Gilleand destroyed my opening comment here (I did not save it because his usual dodge is to lave it on-screen but unmoderated). Now he is trying to manipulate the conversation by censoring what I ACTUALLY wrote and then telling his other readers that I was ‘wrong’ to say he is anti-science and making in addition a (meaningless) accusation that everyone else (funny how he insists that does not include him) is anti-science. But what he is pushing is a form of religion that hates what the scientific method has discovered.
    I am posting this here because Gilleand would censor it at his own page. He has a disreputable history of manipulating conversations under his past blog posts in HIS favour by silent or acknowledged censorship (as I have documented in detail at the BCSE community forum).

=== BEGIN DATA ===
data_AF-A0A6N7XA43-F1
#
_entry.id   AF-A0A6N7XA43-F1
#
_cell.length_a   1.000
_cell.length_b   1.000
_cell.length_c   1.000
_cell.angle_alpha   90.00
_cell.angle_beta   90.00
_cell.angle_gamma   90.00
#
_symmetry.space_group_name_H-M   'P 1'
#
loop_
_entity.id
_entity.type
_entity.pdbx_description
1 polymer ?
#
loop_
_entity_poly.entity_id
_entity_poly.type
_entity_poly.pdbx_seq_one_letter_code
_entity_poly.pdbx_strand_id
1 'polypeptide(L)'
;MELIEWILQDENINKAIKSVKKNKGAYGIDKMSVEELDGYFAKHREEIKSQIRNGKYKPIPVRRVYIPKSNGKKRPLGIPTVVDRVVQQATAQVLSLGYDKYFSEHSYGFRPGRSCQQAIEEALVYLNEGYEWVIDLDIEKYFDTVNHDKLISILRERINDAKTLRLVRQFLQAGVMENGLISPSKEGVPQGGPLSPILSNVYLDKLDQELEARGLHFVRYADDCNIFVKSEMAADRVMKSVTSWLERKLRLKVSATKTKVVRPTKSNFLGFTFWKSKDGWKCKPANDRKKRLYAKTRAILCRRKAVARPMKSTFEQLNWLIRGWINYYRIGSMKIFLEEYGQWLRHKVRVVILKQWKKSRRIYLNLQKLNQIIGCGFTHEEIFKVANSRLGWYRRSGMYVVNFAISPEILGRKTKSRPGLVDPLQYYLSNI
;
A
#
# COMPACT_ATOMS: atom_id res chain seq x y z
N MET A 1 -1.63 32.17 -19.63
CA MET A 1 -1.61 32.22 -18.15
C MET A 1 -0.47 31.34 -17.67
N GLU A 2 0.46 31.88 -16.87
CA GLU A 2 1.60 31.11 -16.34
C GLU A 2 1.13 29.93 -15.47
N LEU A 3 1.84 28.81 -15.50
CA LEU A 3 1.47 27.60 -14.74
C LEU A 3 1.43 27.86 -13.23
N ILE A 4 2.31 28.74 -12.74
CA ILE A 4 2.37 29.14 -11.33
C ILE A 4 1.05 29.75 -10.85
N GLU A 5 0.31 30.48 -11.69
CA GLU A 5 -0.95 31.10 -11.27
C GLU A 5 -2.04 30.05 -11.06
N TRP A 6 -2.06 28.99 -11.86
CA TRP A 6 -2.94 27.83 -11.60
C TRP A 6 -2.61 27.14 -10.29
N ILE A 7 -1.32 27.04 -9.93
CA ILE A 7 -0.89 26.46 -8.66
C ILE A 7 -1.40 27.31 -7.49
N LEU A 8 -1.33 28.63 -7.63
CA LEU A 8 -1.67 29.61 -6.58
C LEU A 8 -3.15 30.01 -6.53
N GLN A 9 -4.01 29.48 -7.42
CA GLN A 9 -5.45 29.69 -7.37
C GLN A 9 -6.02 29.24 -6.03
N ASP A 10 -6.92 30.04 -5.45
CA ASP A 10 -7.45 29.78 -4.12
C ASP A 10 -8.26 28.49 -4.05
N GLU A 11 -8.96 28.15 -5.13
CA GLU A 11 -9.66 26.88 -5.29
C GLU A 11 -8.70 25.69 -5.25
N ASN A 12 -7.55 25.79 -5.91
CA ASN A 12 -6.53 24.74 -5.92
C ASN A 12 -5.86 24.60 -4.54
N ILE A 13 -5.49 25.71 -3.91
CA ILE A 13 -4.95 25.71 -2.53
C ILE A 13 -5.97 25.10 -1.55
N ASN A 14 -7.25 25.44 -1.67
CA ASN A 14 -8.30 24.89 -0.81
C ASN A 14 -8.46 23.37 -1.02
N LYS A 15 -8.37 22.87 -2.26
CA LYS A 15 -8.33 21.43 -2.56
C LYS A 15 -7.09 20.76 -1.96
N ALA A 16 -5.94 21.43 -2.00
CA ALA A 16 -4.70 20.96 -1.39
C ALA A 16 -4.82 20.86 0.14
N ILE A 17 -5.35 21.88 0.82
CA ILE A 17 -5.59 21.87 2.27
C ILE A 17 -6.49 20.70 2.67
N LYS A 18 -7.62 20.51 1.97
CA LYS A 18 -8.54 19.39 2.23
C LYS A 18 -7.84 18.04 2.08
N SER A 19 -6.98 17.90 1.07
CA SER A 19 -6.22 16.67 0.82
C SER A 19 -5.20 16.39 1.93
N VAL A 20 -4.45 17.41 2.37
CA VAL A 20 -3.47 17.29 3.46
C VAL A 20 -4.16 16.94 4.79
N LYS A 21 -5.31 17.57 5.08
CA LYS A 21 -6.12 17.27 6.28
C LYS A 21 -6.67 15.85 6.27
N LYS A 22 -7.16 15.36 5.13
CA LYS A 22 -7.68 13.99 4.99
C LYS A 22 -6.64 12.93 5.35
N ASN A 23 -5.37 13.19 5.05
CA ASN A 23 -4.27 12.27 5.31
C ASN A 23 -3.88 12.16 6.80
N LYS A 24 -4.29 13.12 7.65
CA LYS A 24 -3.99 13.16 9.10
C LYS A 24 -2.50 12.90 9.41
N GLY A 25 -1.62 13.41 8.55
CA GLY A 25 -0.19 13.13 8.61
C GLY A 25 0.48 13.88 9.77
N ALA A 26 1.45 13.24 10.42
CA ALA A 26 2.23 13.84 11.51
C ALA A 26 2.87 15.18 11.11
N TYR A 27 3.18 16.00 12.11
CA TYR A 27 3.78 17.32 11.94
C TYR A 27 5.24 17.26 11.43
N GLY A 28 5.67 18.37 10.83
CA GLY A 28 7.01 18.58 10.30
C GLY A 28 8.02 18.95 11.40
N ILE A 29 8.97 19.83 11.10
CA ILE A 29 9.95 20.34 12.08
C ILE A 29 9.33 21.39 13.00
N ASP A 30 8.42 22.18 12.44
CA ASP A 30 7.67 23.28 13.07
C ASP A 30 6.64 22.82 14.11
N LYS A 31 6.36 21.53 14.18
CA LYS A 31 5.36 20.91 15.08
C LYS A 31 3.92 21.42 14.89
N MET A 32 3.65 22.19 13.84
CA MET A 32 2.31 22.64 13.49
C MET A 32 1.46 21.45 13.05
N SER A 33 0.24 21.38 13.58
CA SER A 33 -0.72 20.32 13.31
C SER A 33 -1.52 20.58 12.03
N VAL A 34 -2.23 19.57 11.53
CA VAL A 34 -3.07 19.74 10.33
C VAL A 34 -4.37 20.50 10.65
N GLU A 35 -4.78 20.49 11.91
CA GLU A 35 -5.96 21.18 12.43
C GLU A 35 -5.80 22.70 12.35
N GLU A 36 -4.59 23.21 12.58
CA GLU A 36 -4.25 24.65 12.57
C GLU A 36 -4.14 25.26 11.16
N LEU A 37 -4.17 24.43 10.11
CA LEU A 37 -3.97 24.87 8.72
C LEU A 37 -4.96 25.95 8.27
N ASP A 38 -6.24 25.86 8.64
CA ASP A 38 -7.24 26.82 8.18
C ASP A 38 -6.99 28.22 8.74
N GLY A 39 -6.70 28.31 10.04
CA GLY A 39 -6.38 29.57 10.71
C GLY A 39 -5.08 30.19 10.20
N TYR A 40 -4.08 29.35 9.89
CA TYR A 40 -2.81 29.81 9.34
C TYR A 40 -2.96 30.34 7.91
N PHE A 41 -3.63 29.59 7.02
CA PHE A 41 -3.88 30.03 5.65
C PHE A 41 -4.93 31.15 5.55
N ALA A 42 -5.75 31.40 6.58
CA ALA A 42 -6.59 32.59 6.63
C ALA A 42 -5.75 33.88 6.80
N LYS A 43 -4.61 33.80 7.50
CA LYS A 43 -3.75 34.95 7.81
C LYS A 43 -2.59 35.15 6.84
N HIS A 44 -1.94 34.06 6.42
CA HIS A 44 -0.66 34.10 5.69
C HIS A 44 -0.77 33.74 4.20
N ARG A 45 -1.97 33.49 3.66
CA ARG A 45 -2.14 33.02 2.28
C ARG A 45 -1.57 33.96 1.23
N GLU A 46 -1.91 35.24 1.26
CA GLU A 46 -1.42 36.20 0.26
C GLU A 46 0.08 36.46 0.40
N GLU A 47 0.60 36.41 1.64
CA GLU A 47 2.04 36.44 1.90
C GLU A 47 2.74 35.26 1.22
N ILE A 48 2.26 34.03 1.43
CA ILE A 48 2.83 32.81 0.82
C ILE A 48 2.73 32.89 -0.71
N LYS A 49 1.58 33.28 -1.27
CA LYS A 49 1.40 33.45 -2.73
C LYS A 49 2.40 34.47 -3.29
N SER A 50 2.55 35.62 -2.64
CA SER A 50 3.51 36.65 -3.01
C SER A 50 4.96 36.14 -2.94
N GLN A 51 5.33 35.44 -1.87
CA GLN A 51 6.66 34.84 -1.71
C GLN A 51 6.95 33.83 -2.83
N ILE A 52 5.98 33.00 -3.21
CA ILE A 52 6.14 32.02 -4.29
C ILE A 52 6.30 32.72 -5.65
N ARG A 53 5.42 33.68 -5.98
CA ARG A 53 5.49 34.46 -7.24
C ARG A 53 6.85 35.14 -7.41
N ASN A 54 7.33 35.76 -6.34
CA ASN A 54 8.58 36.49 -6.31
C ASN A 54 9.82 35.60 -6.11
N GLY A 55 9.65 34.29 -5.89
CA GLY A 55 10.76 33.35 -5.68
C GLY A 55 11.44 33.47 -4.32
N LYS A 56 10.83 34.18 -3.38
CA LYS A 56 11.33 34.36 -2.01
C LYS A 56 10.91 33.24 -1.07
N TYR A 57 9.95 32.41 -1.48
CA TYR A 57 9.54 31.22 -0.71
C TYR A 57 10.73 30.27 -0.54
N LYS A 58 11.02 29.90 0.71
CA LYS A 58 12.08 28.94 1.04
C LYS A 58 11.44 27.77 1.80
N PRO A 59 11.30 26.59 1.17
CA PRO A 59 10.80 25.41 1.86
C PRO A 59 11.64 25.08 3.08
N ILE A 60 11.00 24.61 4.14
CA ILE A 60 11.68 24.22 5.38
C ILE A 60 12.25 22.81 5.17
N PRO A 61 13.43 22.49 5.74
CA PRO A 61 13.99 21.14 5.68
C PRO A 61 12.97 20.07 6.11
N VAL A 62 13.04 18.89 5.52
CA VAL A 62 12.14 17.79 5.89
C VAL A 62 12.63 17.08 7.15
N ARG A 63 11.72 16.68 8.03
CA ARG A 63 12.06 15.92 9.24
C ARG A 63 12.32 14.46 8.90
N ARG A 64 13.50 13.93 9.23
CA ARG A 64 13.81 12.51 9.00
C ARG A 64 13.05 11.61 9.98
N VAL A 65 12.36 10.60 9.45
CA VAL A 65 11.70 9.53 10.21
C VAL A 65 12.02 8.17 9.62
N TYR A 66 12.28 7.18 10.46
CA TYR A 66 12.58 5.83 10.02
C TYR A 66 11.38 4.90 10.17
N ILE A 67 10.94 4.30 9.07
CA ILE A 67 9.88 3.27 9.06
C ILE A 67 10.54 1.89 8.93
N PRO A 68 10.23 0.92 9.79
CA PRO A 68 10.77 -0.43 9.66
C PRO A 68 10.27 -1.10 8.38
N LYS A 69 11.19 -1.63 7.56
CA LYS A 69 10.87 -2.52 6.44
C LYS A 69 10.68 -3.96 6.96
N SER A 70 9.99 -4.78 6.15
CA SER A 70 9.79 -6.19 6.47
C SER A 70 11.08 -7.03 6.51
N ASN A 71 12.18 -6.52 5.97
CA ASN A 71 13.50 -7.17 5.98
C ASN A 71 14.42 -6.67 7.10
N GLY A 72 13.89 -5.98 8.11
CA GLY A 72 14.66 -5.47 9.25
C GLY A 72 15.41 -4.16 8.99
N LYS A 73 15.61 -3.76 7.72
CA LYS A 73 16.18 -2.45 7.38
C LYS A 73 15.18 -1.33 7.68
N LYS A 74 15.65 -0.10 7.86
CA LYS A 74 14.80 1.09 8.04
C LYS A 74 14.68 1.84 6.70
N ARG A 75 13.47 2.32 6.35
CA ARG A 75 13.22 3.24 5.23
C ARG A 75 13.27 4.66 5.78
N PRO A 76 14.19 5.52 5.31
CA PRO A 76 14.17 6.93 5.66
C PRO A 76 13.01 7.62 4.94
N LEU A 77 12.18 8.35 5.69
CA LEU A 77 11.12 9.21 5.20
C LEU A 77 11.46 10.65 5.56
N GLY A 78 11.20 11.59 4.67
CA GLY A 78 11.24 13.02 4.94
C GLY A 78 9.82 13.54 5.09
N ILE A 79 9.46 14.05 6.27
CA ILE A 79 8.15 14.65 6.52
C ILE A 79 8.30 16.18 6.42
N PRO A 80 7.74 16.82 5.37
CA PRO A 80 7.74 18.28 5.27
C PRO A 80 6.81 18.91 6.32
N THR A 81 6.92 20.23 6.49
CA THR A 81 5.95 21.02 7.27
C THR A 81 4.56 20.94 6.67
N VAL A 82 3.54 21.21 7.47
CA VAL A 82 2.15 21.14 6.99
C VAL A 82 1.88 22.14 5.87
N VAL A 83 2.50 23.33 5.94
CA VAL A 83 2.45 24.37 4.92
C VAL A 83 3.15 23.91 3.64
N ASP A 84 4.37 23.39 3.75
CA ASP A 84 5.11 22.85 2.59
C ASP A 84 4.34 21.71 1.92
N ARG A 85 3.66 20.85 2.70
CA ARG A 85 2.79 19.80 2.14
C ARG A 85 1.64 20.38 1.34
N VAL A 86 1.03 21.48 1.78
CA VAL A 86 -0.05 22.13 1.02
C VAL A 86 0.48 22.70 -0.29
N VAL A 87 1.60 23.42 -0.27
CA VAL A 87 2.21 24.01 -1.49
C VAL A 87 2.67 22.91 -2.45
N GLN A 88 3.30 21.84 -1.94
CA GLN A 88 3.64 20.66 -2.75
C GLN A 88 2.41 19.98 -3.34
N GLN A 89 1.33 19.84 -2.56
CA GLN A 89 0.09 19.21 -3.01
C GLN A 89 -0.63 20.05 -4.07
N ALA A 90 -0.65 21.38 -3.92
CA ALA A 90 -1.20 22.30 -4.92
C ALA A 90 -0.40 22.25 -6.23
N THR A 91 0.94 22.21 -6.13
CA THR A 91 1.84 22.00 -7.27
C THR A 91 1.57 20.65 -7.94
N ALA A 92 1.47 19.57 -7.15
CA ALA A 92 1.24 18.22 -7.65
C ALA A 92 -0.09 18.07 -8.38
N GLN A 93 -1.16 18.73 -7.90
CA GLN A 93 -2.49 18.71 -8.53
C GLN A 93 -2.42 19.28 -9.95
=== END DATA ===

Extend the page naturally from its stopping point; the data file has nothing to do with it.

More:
In his typo riddled blog post Gilleand arbitrarily sought to replace what he seemed to believe was ‘absolute’ uniformitarianism with “with the assumption of catastrophism of history” (because the scientific method definitely does not confirm biblical timescales and despite the fact that any huge ‘recent’ worldwide flood could not affect radioactive decay rates). Bruce’s blog points out how for Gilleand and co it is all about apologetics and theology not science (also so-called ‘worldview’ which simply means they insist the Bible is infallible even on scientific matters). Tim’s comment above merely claims that it’s all about uniformitarianism versus catastrophism – that’s a complete red herring and no real scientists are solely wedded to the one or the other.